Copyright © A. Kenneth Fuller, M.D.. All rights reserved.

Major Depressive Disorder

Depression is more than just fleeting moments of feeling "down." It involves episodes so dark that the person having them is unable to imagine a time when things will be better. People with major depressive disorder may have repeated episodes.

The lifetime risk of depression is higher for women than for men. For women, community samples show that 10% to 25% are affected. For men, the rate is 5% to 12%. Depression is 1.5% to 3% more common in people with a close relative with depression. Such things as education, marital status, ethnicity, and income do not seem to have a bearing on the statistics for depression.

Research has shown that on the average, depression begins in a person‘s mid-20s. Studies show that rates are highest in both women and men in the 25- to 44-year-old age group.

The course of major depressive disorder varies from person to person. In 50% of patients it is marked by recurrent episodes of depression that are separated by a period of time when the person is not depressed or not as depressed. The episodes may be close together or spread far apart, or they may vary.

Diagnosis of a major depressive episode requires the presence of one of the two major symptoms and at least four additional symptoms during a 2-week period. The two major symptoms are feeling sad most of the day almost every day, and loss of interest in or pleasure from daily activities. Other symptoms of a major depressive episode include significant weight loss or gain, inability to sleep or sleeping too much, observable restlessness or slowness, fatigue or loss of energy, feeling worthless or guilty, inability to think or concentrate or indecisiveness, and thoughts about death or suicide.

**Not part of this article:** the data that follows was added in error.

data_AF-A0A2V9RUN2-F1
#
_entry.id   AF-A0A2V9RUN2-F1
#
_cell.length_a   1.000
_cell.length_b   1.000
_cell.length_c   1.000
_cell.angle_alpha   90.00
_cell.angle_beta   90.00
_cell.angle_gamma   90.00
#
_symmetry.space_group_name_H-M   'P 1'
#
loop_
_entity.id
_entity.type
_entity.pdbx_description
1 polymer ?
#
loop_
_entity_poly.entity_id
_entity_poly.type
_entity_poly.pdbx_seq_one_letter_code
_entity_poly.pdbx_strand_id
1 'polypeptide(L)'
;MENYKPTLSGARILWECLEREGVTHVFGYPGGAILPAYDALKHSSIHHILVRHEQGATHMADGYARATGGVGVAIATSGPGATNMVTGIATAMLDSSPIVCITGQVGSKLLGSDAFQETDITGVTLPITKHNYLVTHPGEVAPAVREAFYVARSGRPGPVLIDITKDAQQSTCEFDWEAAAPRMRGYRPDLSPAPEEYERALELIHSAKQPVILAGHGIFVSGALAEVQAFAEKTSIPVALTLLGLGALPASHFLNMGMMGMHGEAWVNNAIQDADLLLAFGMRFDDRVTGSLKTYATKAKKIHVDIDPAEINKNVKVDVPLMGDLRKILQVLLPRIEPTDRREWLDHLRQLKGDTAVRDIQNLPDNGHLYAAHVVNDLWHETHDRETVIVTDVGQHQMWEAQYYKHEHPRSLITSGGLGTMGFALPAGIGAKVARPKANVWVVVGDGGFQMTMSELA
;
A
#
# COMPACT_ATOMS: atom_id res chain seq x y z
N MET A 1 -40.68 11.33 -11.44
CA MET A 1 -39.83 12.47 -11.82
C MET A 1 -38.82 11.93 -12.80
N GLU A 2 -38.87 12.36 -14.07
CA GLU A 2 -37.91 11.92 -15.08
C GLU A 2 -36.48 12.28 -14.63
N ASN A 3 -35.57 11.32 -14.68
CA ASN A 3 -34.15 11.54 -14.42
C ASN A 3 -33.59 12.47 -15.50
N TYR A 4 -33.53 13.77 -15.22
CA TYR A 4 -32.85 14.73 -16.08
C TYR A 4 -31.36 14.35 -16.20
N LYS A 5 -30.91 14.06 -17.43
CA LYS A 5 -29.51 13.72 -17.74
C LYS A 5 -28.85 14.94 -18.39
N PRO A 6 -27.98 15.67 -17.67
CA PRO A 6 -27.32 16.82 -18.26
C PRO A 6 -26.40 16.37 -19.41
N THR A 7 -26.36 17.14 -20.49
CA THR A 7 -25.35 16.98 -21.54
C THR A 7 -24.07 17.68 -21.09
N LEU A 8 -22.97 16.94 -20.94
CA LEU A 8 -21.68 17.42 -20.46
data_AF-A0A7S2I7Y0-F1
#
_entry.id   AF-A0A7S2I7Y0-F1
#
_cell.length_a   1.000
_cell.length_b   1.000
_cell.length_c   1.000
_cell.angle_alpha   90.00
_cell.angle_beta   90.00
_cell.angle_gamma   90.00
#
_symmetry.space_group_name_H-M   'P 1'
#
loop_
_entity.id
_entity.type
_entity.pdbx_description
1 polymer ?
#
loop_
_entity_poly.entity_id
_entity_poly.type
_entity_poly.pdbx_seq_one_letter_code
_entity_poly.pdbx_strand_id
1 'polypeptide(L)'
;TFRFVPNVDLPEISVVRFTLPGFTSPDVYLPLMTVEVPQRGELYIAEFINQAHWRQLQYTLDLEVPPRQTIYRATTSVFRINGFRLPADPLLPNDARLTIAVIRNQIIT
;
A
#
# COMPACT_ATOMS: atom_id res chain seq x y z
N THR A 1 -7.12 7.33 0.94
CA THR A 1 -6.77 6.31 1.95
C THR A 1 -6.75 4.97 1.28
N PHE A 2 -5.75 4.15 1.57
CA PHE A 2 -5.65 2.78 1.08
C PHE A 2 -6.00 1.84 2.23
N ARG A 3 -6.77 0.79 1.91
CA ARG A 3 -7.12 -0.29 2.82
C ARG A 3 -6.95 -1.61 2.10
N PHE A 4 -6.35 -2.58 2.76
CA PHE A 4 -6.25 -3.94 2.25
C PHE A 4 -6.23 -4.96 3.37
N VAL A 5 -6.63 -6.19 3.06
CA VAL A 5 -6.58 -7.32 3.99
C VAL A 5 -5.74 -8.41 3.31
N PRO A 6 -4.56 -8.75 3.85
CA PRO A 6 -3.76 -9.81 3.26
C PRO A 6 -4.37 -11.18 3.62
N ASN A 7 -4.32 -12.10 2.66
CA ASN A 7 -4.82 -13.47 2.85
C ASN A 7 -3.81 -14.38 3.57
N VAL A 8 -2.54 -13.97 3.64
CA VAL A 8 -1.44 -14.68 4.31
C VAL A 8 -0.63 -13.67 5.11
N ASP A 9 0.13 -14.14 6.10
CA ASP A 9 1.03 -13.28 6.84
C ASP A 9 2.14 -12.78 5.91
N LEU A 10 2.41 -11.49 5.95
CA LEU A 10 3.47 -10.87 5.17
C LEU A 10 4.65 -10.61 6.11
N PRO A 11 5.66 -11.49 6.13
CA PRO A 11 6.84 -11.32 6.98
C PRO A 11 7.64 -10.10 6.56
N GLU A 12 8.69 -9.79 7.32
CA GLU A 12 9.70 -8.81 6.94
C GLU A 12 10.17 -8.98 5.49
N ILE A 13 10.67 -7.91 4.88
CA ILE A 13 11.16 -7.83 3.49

The symptoms must be severe enough to affect social, occupational, or another type of day-to-day functioning. The symptoms should not be caused by abuse of a substance, such as alcohol or medication, or a medical condition such as thyroid malfunction.

The first and second major depressive episodes may follow a severe psychosocial stressor, such as a death or divorce. Later episodes are less likely to be connected to a specific stressor. It is important to remember, though, that any episode of depression need not be preceded by a psychosocial stressor. Substance abuse and/or a chronic medical condition may contribute to the onset or severity of major depressive disorder.

The more episodes a person has, the more likely it is that he or she will have even more episodes. Depression should be treated by a qualified physician or therapist.

Treatment of this disorder often includes a type of medication called an antidepressant. Treatment may also involve individual or family psychotherapy sessions.

A. Kenneth Fuller, M.D.